A visit to Dijon, the capital of Burgundy : Places to see and things to do

by Laura Crotet, Senior Trip Planner at France Just For You

Jean-François' whole family still lives in and around Dijon, so we go there every time we are on a family visit. It is a city that has greatly changed over the last few years. It has become more dynamic, lots of students give a good vibe to the town, plus the historic and architectural elements have really been improved, making Dijon a great place to visit today.

The first time I came, Véronique, Jean-François’ oldest sister, insisted on taking me to rub the little owl carved into an outside wall of the Church of Notre Dame. It is said that if you touch it with your left hand, good luck will come your way.


Dijon Owl

You must rub the owl for good luck. ©OT Côte d'Or

This little owl has become the symbol of Dijon, and the best way to discover the city is on foot, following the Owl’s Trail (le Parcours de la Chouette). The walk is well-marked by brass plaques on the sidewalks and streets, and it will take you around all there is to see in downtown Dijon. You can buy a map at the tourist office (there is an app but it is not the best).

I’ve organized my favorite things to see and do in Dijon in the order of a nice walk, about 2 miles in total. Let’s go!


The Palais des Ducs de Bourgogne

I am a history nut, so of course this is on the top of my list. During the Middle Ages, the Dukes of Burgundy were more powerful than the king of France. Their control spanned central Europe, from Geneva to north of Amsterdam, and they left their marked in French history (they were the ones who turned Joan of Arc over to the English). They lived in the palace until 1477, when upon the death of Charles the Bold, Burgundy was attached to the French crown.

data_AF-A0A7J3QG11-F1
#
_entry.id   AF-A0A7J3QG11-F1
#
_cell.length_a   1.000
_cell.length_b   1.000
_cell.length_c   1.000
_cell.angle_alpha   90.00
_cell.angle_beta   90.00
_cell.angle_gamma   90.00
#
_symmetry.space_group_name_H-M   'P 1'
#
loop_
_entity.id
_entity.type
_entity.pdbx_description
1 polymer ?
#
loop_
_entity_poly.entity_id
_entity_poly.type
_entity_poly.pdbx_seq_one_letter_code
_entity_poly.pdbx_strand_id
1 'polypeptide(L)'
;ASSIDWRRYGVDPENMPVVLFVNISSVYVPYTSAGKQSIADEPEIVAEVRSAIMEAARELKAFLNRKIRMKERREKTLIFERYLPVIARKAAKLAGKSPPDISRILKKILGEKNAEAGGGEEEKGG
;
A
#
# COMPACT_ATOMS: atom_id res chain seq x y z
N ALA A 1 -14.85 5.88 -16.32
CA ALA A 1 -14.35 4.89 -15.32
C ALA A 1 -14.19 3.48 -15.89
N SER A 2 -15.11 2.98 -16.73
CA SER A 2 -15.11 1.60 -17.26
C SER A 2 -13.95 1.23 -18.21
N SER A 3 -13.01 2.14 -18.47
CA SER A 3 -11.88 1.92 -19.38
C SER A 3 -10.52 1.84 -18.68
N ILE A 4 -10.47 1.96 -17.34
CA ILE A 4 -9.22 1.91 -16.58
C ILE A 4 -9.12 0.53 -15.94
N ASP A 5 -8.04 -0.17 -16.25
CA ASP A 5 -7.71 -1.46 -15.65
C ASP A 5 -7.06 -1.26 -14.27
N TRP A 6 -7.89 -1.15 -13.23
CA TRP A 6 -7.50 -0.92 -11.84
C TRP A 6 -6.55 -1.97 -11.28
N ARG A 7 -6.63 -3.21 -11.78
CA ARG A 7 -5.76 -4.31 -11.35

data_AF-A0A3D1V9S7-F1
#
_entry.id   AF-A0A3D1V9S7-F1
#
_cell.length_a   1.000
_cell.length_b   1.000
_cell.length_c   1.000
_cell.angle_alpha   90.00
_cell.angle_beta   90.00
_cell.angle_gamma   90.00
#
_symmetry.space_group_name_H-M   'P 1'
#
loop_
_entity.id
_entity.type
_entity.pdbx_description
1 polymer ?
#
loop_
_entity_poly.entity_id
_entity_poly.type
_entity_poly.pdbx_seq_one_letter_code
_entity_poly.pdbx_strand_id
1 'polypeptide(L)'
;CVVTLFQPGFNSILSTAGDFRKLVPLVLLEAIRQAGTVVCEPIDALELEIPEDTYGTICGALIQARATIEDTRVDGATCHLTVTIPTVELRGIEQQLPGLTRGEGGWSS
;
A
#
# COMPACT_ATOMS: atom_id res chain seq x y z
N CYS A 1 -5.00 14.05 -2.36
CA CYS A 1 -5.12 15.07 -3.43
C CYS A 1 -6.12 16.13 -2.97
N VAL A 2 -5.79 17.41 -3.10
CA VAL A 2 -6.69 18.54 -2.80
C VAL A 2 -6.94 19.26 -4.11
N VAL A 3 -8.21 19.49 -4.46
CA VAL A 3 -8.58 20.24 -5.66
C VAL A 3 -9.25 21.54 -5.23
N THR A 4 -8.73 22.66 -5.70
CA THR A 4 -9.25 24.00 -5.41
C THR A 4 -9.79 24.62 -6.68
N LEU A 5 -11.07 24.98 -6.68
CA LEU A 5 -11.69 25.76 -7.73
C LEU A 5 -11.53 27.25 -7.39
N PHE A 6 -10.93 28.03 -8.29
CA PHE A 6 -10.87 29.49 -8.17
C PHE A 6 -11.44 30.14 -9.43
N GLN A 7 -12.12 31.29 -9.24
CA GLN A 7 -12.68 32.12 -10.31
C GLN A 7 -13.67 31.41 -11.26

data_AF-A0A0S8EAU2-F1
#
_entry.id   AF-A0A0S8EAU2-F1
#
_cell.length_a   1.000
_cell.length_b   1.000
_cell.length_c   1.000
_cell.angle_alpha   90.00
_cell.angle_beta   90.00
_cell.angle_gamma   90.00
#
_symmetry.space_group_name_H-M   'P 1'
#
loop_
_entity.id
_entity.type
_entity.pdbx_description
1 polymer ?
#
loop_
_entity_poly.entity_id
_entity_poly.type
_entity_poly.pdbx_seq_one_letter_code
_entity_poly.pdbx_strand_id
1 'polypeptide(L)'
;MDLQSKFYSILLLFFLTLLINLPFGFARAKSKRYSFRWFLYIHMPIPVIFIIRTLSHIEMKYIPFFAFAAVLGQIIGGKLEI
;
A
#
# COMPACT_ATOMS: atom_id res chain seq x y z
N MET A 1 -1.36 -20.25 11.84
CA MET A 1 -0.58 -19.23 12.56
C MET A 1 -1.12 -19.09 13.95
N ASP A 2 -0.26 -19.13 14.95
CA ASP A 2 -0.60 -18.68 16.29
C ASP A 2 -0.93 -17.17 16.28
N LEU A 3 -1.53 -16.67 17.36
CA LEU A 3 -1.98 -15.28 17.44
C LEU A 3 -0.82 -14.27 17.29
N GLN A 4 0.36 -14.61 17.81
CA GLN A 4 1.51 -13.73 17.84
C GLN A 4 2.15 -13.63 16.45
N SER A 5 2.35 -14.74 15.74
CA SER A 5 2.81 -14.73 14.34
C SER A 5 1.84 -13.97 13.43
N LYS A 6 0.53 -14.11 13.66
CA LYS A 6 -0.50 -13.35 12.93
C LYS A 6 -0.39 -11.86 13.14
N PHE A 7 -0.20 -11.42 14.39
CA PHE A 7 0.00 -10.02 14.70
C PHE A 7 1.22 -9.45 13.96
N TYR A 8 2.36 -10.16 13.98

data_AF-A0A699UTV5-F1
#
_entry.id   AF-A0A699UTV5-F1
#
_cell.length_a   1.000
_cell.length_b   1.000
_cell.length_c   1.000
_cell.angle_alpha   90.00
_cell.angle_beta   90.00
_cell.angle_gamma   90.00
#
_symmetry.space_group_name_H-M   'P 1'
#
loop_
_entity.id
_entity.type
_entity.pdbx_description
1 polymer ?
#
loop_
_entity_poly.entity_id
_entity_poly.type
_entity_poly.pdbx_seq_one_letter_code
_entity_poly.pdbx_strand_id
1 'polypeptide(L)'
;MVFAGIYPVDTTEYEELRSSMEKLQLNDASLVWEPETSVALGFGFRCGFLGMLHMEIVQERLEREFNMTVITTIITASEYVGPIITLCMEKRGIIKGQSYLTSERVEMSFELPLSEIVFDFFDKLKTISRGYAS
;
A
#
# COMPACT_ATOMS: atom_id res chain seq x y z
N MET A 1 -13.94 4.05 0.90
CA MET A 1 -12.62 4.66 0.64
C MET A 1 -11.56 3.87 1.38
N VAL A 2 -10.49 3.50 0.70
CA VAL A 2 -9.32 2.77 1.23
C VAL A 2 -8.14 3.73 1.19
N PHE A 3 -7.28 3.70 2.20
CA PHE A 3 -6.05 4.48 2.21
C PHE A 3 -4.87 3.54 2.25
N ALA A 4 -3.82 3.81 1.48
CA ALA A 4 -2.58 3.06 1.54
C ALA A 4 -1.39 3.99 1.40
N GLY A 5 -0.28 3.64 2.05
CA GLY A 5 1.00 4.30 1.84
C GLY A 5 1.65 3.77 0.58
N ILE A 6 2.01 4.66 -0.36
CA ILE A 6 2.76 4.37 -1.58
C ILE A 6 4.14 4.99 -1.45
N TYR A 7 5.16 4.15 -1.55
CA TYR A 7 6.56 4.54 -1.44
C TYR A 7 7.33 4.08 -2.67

Charles the Bold

Charles the Bold, the last Duke of Burgundy


The Palais houses the Musée des Beaux-Arts, which opened to the public since 1799, making it one of the oldest museums in France. It has recently undergone a total renovation, plus entrance is free. The huge collection spans from medieval to contemporary, and you can see the extraordinary tombs of Philippe the Bold and Jean the Fearless in the Great Hall.

Rue Verrerie – medieval façades

This street is named for the glassmakers that used to be based here. Stroll down the street and admire the medieval façades (especially between n° 8 and n°12). The street is now filled with antique and decorating shops.

Maison Millière

Housed in a 15th century building, the Maison Millière was used for filming the Cyrano de Bergerac film starring Gérard Depardieu. It is a bar, tea shop, restaurant and boutique.

Church of Notre Dame

Don’t forget to touch the infamous little owl. On the way, check out the Hotel Vogüé (built in the early 17th century). And make a stop at La Mourtarderie Edmond Fallot to see all the different varieties of traditionally-made mustard.

Les Halles Market